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PCFramework is essentially a quick framework for setting up the backend to a programming competition. This backend is specifically designed for people who are working in a team.

This Framework was originally created for University of California, San Diego's Women in Computing club as they held their quarterly Beginner's Programming Competition.

Installation Instructions

Git Installation

If you would like to use git to install and manage your programming competition resources (this means you can easily update your scripts!), you can install PCFramework by cloning this repo.

git clone

If you are using this method, then is completely useless to you. Feel free to remove it as to not cause confusion.

Non-Git Installation (Recommended)

Basically, just download and run the install script.
Using wget

wget ""
chmod +x

Using curl:

curl -O ""
chmod +x

This installer will download the necessary files and assist you in the creation of the directory structure. This is also an auto-updating installer, so no need to worry about not having the latest version. Use the same script for all of your programming competitions!

In the future, this installer will be useful because you will be able to specify a language for your competition, where scripts will then be provided that are suited for your specific language.


The first part of the workflow is getting the directory structure on everyones' computers. I usually do this with Dropbox. I run the script inside of my Dropbox root directory and then make the resulting directory a shared directory. If you have something against Dropbox or other such services, you could always use git to distribute the directory to the members of your team.

As questions are created for the programming competition, they should be placed within the Questions subdirectory. There should also be three separate test cases for each question: Sample cases (Ones given as examples with the question itself), Corner cases (the hard cases to test), and generated cases (The ones that a generator is written for). The first two are preferrably handwritten and the latter is, preferrably, generated.

Once the questions are established, the Sample Cases and Corner Cases should be put in the dev/tests directory. The example files in the dev/tests directory show exactly how to do this. Then, a template file should be created in the Solutions/Templates folder. This template file's job is to read the cases from the case input file and call the competitor's function on the input, outputting the resulting data to stdout. If the template file example is followed, the template files allow for comments within the cases as well using the // character combination. After the template file is created, a Generator should be written in the Solutions/dev/Generators directory. These generators should create a large number of random cases to catch possible bugs in the competitor's programs. An example is provided for reference.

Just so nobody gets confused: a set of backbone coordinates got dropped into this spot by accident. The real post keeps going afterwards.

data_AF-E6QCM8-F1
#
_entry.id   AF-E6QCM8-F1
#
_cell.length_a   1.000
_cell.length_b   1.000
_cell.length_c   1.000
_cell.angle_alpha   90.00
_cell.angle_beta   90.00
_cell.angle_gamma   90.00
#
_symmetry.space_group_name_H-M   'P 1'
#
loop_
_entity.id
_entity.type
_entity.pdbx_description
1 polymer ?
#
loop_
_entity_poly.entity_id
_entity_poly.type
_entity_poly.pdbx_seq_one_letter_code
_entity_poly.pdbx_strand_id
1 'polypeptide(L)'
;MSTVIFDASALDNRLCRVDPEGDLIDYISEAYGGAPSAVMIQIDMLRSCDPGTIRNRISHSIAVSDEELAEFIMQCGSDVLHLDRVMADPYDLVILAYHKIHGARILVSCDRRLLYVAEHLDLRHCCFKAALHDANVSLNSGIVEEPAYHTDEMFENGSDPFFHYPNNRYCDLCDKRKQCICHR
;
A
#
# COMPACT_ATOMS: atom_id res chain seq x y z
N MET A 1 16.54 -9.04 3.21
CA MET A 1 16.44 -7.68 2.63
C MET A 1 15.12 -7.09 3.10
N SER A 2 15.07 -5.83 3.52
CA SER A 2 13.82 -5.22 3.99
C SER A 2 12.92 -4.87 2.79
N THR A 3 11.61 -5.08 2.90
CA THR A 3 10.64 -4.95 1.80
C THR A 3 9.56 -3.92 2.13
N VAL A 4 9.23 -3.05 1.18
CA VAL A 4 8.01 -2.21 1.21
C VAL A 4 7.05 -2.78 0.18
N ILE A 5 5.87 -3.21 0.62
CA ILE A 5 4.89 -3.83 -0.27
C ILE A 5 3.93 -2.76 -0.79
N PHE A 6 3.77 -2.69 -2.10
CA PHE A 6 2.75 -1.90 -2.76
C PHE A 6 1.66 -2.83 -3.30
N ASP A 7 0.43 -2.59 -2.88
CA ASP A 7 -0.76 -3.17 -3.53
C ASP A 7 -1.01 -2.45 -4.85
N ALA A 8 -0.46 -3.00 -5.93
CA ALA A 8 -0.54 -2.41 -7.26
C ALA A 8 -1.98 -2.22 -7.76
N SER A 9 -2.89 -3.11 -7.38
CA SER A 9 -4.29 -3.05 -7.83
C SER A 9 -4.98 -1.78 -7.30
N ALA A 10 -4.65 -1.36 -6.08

With the template file being created, Solution Writers, who basically act like the competitors themselves, can copy the template files into their directories at Solutions/dev/Name. Then, the Solution Writer writes a solution to the problem. Once the solution is written, they can use several scripts to verify their solution. is used for comparing the solution to expected output. is used for comparing the solutions of several solution writers. is used for cleaning up residue from runs, and is used for making sure all FinalSolutions are indeed final.

When you're finishing up you're solutions, we can use the script to put all the IO files in the FinalIO directory for easy access. This can be done by using the script in conjunction with the a parameter and by providing all solutions writers as the following arguments.

Script Usage

The included shell scripts, which are very useful, can be called using the following syntax. Keep in mind they must be called from the Solutions/dev directory.

./ <problemNumber> <name>
./ <problemNumber> <name1> <name2> <name3> ...
./ <name>

Keep in mind that all problemNumber arguments can be replaced with a to test all problems.

Adding your own languages

By default, PCFramework supports contestants using Java or C++ to write their solutions. As the project involves, I'm sure there will be more languages included in the default package. If you would like to add your own language, simply add them to the and files in the following format.

Add a new else if block containing your file extension. Say, for instance, you wanted to allow your contestants to write code in C. You would add:

else if [ "${fileExtension}" == "c" ]; then
    gcc -o $(echo $f | sed "s/${fileExtension}/o/") $f
    echo $(echo $f | sed "s/$PfileExtension}/o/")

Note that the lines do the following:

  1. The else if statement checks the file's file extension and compares it.
  2. The gcc statement compiles the file into the .o file, which is specified by the sed command, which replaces the .c extension with .o.
  3. The echo statement is optional.

Add a new else if block containing your file extension. Say, for instance, you wanted to allow your contestants to write code in python. (Note that since C and C++ files compile in the same way, C run support already exists).

else if [ "${fileExtension}" == "py" ]; then
    python "$directory/$fileName"
    exit 0

Note that the lines do the following:

  1. The else if statement checks the file's file extension and compares it.
  2. The python statement runs the file with the full path specified
  3. The exit line prevents any other languages being executed.


A programming competition framework originally created for WiC's BPC @ UCSD



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